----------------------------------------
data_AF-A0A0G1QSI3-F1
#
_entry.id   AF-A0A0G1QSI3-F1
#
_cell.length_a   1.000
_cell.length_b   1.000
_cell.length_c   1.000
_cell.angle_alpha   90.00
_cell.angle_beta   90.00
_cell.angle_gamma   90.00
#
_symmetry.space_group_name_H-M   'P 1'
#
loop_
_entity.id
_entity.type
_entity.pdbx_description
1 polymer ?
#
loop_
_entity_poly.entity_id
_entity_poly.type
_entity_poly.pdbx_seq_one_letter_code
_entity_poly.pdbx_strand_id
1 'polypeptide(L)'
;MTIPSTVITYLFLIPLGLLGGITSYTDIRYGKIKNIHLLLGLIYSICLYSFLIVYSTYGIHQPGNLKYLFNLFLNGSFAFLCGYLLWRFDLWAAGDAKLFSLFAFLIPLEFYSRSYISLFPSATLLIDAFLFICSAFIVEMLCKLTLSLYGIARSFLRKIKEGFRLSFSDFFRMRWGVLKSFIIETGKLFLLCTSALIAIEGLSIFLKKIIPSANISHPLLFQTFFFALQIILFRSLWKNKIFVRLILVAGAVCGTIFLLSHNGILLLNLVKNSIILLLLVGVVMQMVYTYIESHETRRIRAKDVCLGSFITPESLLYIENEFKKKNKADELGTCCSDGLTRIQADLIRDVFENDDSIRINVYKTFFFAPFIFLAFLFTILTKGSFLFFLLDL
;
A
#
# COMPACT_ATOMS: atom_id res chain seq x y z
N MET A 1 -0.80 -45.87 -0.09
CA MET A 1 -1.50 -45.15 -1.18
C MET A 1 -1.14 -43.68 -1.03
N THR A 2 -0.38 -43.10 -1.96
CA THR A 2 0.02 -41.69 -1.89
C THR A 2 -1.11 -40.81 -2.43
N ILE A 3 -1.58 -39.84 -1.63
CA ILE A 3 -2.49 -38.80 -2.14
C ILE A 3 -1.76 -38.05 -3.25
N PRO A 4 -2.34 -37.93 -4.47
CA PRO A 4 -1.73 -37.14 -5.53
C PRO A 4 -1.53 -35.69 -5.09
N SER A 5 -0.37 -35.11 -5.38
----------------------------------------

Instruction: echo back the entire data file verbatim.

data_AF-A0A0G1QSI3-F1
#
_entry.id   AF-A0A0G1QSI3-F1
#
_cell.length_a   1.000
_cell.length_b   1.000
_cell.length_c   1.000
_cell.angle_alpha   90.00
_cell.angle_beta   90.00
_cell.angle_gamma   90.00
#
_symmetry.space_group_name_H-M   'P 1'
#
loop_
_entity.id
_entity.type
_entity.pdbx_description
1 polymer ?
#
loop_
_entity_poly.entity_id
_entity_poly.type
_entity_poly.pdbx_seq_one_letter_code
_entity_poly.pdbx_strand_id
1 'polypeptide(L)'
;MTIPSTVITYLFLIPLGLLGGITSYTDIRYGKIKNIHLLLGLIYSICLYSFLIVYSTYGIHQPGNLKYLFNLFLNGSFAFLCGYLLWRFDLWAAGDAKLFSLFAFLIPLEFYSRSYISLFPSATLLIDAFLFICSAFIVEMLCKLTLSLYGIARSFLRKIKEGFRLSFSDFFRMRWGVLKSFIIETGKLFLLCTSALIAIEGLSIFLKKIIPSANISHPLLFQTFFFALQIILFRSLWKNKIFVRLILVAGAVCGTIFLLSHNGILLLNLVKNSIILLLLVGVVMQMVYTYIESHETRRIRAKDVCLGSFITPESLLYIENEFKKKNKADELGTCCSDGLTRIQADLIRDVFENDDSIRINVYKTFFFAPFIFLAFLFTILTKGSFLFFLLDL
;
A
#
# COMPACT_ATOMS: atom_id res chain seq x y z
N MET A 1 -0.80 -45.87 -0.09
CA MET A 1 -1.50 -45.15 -1.18
C MET A 1 -1.14 -43.68 -1.03
N THR A 2 -0.38 -43.10 -1.96
CA THR A 2 0.02 -41.69 -1.89
C THR A 2 -1.11 -40.81 -2.43
N ILE A 3 -1.58 -39.84 -1.63
CA ILE A 3 -2.49 -38.80 -2.14
C ILE A 3 -1.76 -38.05 -3.25
N PRO A 4 -2.34 -37.93 -4.47
CA PRO A 4 -1.73 -37.14 -5.53
C PRO A 4 -1.53 -35.69 -5.09
N SER A 5 -0.37 -35.11 -5.38